Today, our son’s senior dog had some pretty serious surgery that carries some risks and the likelihood of good outcomes is iffy. That may not register on the global scale, but it matters to us. Those of us with pets know how much they give us and how they enrich our lives and this was our son’s first dog. So we’ll worry about Steve the pup and hope for good news — and we’ll be ready to support our son and his wife if it isn’t.
We learned today as well that two friends and wonderful partners in our efforts on behalf Nepal, a married couple, are in the hospital with COVID as is the husband of one of Leija’s cousins. We spend so much time thinking of the pandemic from the 40,000 foot view, but it still hits hard when it becomes personal, as it has for so many.
Kamala Harris last night spoke to that pain and worry, asking how many worried about their kids seeing their grandparents and possibly causing their death. This stuff is real and there are moments when we need to see it in person and not just in terms of the latest reports of the news or CDC press release. Trump can call it a “blessing from God.” To me, it’s anything but.
When I finish writing, yard work on a sunny and reasonably comfortable afternoon awaits. Grass still grows, as do weeds, even inside our bubble and bringing order in that small universe is gratifying in its own way.
Meanwhile, our book, “The Ambassador’s Dog” is at the printer. We’ll have a dummy copy delivered via DHL shortly, and if all goes well, we’ll be selling by early December. Fingers crossed that we can get it out there before Christmas. It’s such a lovely book… the artwork from dear friend Jane Lilian Vance is incredible and complements a story that, I think, offers a moment of hope about dreams coming true. It’s a message we can use more of these days and if we can offer that to folks in these difficult days it would be gratifying.
Put it on your wish list.
Yes. There’s a lot that goes on within all our bubbles. We’re organizing a virtual reunion of the broader DeLisi clan, website and all (email me if you’re family and want to know more). And we still have our own pups that keep us busy, other projects to attend to, meals to make, piano music to learn, and so much more.
So, Donald Trump, the election and the pandemic can all simmer today. I’ve got a busy bubble to manage.
Stay strong, stay safe, stay healthy.
There’s a surreal element to the news these days. It’s as if we’re living in a sci-fi film’s portrayal of a nation and a leader coming unhinged as a pandemic takes its inexorable toll.
Watch as debate organizers scramble to keep candidates and their teams safe knowing that the plexiglass screens won’t stop an aerosolized virus and even 12 feet may not be enough.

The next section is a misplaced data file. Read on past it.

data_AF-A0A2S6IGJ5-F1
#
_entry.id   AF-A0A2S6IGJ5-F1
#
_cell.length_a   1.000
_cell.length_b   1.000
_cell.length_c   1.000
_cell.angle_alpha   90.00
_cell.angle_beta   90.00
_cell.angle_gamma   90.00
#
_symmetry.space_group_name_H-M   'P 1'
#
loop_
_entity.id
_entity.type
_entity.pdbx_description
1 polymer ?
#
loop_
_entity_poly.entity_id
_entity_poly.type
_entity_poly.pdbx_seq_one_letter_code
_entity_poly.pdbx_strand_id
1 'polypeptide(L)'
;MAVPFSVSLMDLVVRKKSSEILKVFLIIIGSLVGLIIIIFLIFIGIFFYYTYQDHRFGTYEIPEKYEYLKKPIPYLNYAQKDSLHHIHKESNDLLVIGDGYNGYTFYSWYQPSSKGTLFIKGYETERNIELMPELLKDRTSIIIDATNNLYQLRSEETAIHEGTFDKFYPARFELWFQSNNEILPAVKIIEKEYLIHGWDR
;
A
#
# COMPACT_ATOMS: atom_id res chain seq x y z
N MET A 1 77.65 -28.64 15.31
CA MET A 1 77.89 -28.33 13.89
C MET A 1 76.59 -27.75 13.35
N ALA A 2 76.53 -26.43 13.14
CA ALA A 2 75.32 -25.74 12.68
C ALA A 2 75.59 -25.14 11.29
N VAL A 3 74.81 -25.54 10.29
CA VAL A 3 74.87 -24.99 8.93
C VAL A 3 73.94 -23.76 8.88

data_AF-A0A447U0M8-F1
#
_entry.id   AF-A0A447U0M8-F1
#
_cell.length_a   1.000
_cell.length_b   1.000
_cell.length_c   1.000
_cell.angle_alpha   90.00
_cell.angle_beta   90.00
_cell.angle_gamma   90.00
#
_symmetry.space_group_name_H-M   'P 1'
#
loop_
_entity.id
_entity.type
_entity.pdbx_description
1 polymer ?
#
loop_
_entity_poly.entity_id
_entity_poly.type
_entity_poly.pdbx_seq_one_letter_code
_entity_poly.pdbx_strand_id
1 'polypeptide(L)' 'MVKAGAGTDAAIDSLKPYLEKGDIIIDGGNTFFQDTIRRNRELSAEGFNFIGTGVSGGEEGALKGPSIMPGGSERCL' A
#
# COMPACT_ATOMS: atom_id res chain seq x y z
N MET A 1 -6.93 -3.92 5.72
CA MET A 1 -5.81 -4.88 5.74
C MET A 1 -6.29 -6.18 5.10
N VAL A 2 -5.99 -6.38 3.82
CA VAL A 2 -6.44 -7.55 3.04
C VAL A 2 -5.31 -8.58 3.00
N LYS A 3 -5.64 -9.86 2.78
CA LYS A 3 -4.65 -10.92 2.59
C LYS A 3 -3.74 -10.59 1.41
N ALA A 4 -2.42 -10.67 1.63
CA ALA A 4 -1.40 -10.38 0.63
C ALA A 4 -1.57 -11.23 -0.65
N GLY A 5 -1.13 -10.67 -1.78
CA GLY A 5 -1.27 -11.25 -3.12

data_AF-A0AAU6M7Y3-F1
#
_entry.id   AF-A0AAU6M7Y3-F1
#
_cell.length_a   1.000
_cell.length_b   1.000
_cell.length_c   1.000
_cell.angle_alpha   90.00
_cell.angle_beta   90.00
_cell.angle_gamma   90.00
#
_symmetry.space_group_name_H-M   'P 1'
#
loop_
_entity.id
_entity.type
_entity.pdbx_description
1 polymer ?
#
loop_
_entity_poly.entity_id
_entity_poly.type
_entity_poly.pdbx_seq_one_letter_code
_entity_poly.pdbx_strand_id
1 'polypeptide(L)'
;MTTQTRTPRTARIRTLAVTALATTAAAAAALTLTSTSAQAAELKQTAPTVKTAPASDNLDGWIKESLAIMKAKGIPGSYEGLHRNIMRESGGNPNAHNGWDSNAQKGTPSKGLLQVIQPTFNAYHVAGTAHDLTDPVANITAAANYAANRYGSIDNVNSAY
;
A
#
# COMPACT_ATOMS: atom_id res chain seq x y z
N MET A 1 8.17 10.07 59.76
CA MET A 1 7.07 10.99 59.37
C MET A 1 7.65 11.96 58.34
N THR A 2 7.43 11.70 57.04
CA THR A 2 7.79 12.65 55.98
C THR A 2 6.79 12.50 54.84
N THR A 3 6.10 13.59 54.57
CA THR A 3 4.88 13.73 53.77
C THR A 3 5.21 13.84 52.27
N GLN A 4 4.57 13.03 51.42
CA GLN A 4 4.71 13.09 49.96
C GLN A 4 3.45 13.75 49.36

Watch as the president defies doctors to go back to his Oval Office where an infection control cart waits outside the door.
We could end up with the picture of aides in yellow hazmat suits and PPE moving in slow motion around the clueless and maskless president while he tweets random accusations and mindless plaints about how badly he is treated. (This morning alone he has blown up Twitter with tweet after tweet after tweet. Less, truly is more, Donald — believe us.)
Watch as the camera pans graves, representing the over 210,000 Americans who have already died while Trump proclaims there’s nothing to fear from coronavirus.
Some day, the movies they make about these days will be hugely popular because we will have lived through the experience — at least those of us who survive.
It just seems bizarre. The twisted and tortured effort to pretend that what we can all see isn’t true. The president who rejects science and only cares about himself — not the nation he was elected to serve. The staffers and shameless panderers in Congress who stop at nothing to enable him and excuse the delusional, the dangerous, and willful excesses of a president out of control,
It’s not a good look for America. Not at all.
And we get so deeply sucked into the cycles of craziness that we no longer know where to look or what really matters.
Yesterday, for example, Trump blew up the stimulus talks on the Hill. Troubling, yes. But folks are focusing as much on the unpredictability of his actions, the randomness, as they are on the impact of his decision. Yes, it’s appalling that he can pull the plug and threaten no more discussions until he wins the election (yep—he said that).